News Room Archive
SAINT PAUL — Minnesota Attorney General Keith Ellison announced on October 20 that his office has intervened in two cases at the Minnesota Court of Appeals in support of writs of prohibition against Mille Lacs County District Court Judge Matthew M. Quinn. In a total of at least six cases over two weeks, Judge Quinn has sentenced people convicted of felonies to probation — then has issued an order that declares Minnesota’s new Restore the Vote law unconstitutional and bars them from exercising their legal right to vote. This flies in the face of the new law (Minn. Stat. §201.014, subd. 2A (2023)), which clearly says a person with a felony conviction “has the civil right to vote restored during any period when the individual is not incarcerated for the offense.”
“Judicial restraint and respect for the separation of powers are essential principles of our justice system. When either of those principles is violated, Minnesotans lose trust in the system — and Judge Quinn has violated both principles,” Attorney General Ellison said. “I support a writ of prohibition as the best option for quickly keeping Judge Quinn from further violating our justice system and Minnesotans’ trust.”
Attorney General Ellison continued, “It took two decades to pass a law to restore the right to vote to people who are longer incarcerated, and the new law that restores that right is fully constitutional. Minnesotans should know Judge Quinn’s illegal orders have no effect on their voting rights. I strongly encourage all eligible Minnesotans — especially those no longer incarcerated — to fully exercise their right to register to vote and to vote. The health of our democracy depends on the full participation of every eligible voter — no exceptions.”
At the same time, Secretary of State Steve Simon stood with Attorney General Ellison to offer support for these legal efforts as well as to defend the right to vote for all eligible Minnesotans.
“We cannot allow for any distortion of the rules for voter eligibility in Minnesota. Local elections in communities across Minnesota will take place in just 18 days — on November 7. And voting in Minnesota’s 2024 presidential nominating primary starts just 13 weeks from today — on January 19,” Secretary Simon said. “Minnesota has a proud tradition of showing up at the polls in nation-leading numbers, and I know that will continue.”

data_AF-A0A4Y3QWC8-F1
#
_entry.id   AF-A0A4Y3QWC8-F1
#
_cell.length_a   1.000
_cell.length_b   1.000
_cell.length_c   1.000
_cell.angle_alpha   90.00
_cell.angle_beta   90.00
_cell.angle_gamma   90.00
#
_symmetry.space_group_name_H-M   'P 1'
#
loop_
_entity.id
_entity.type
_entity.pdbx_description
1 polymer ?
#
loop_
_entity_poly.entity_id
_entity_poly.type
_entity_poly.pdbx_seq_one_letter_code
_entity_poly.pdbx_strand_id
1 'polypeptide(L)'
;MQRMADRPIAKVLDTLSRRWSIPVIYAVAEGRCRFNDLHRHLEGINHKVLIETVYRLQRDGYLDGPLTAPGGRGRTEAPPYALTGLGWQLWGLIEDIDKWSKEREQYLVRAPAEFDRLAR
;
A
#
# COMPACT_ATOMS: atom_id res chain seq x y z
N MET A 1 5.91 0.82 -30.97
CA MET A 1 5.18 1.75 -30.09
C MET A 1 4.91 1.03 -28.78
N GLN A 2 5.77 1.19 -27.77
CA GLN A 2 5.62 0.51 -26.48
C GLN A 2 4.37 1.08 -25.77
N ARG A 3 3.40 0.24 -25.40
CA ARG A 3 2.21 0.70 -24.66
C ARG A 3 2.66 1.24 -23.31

Two of the individuals that Judge Quinn has unlawfully prohibited from exercising their legal right to vote have filed for a writ of prohibition at the Court of Appeals. A writ of prohibition is appropriate when a district court exceeds its authority and causes an injury for which there is no other speedy or adequate remedy. Writs of prohibition serve as a check on the improper exercise of judicial power and are warranted to prevent a district court from violating separation-of-powers principles.
On October 19, Attorney General Ellison’s office filed notices to intervene in those cases and filed memorandums in support of the writs of prohibition. In the filings, Attorney General Ellison argues that Judge Quinn abused his authority in ruling the Restore the Vote law unconstitutional. Courts are supposed to be neutral decision-makers and decide the issues that parties raise. Courts are not supposed to independently raise and decide issues on their own. Judicial restraint is especially important when addressing the constitutionality of a statute. Statutes are presumed constitutional; it is a very high bar to hold otherwise. Moreover, when the constitutionality of a statute is challenged, the Attorney General must be notified and provided with an opportunity to defend the statute.
Judge Quinn, however, in the context simply of sentencing people convicted of felonies, ruled the law unconstitutional without prompting, without the question having been raised by either party, and with no notice to the Attorney General, the Secretary of State, or other appropriate authorities. But a sentencing court has no discretion whatsoever over voting rights: only the Legislature decides when the right to vote may be restored, and the court plays no role. Voting rights are not up for debate in a criminal sentencing.
Attorney General Ellison additionally argues that Judge Quinn is wrong on the law and that the Restore the Vote law is in fact constitutional.
The Minnesota Constitution is clear: people with felony convictions cannot vote “unless otherwise restored to civil rights.” The Minnesota Supreme Court has made it clear this phrase means the government can restore rights through legislation. The Supreme Court affirmed that principle just this year in an important case called Schroeder v. Simon.
For more than 150 years, the Minnesota Legislature has decided when and how to restore voting rights to people who have served their sentences for felony convictions. Every time in that the Legislature has revised the mechanism for restoring felon voting rights, it has expanded those rights. The Restore the Vote Act the Legislature passed this year is firmly in that long tradition and is entirely constitutional.
The four documents Attorney General Ellison’s office has filed at the Court of Appeals are:
The Court of Appeals is expected to act quickly on the writs of prohibition.